The drum brakes on vehicles with front disc/rear drum brake systems have stiff springs that retract and hold the rear brake shoes in after brake application. A metering valve provides balanced braking by delaying the application of the front brakes, allowing fluid pressure to overcome rear brake spring pressure to engage just before the fronts.
Without this valve, the front disc brakes apply almost instantly while the rear brakes still must overcome spring pressure. The vehicle would nosedive. Nosediving is a symptom of a faulty metering valve and may cause vehicle instability and skid.
Open the bleeder screw to a front brake caliper and have a helper slowly apply the brake pedal. There should be a delay before fluid flows from the caliper bleeder. The metering valve is holding off the pressure until the rear drum brakes have applied. It's best to use a pressure kit to test this delay and measure actual fluid pressures. Connect a pressure gauge to the inlet and another to one of the outlet ports. Compare the results.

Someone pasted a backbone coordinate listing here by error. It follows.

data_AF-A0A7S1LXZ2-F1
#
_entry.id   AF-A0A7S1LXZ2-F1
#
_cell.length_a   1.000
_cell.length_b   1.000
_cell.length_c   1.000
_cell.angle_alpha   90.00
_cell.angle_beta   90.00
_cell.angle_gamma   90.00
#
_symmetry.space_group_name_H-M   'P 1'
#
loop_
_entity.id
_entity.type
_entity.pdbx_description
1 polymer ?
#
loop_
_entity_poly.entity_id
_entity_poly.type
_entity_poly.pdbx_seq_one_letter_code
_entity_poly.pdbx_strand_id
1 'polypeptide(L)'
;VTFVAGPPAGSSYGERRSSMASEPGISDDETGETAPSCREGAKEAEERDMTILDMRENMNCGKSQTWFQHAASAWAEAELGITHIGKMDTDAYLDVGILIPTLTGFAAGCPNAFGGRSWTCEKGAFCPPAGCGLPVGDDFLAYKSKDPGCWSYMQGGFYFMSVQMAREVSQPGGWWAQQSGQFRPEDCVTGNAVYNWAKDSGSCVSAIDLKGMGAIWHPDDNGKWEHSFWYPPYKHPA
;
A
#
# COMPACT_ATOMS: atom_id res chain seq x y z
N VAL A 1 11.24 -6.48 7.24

If air gets trapped in the brake line between the master and the metering valve, it can be difficult to bleed the brakes. Air is compressible, and pressure may not build high enough to open the valve. The metering valve above is in a three-way combination valve. The stem at the end of the valve is for bleeding trapped air. A small clip is used to open the valve and allow aerated fluid to bypass the valve and exit the system.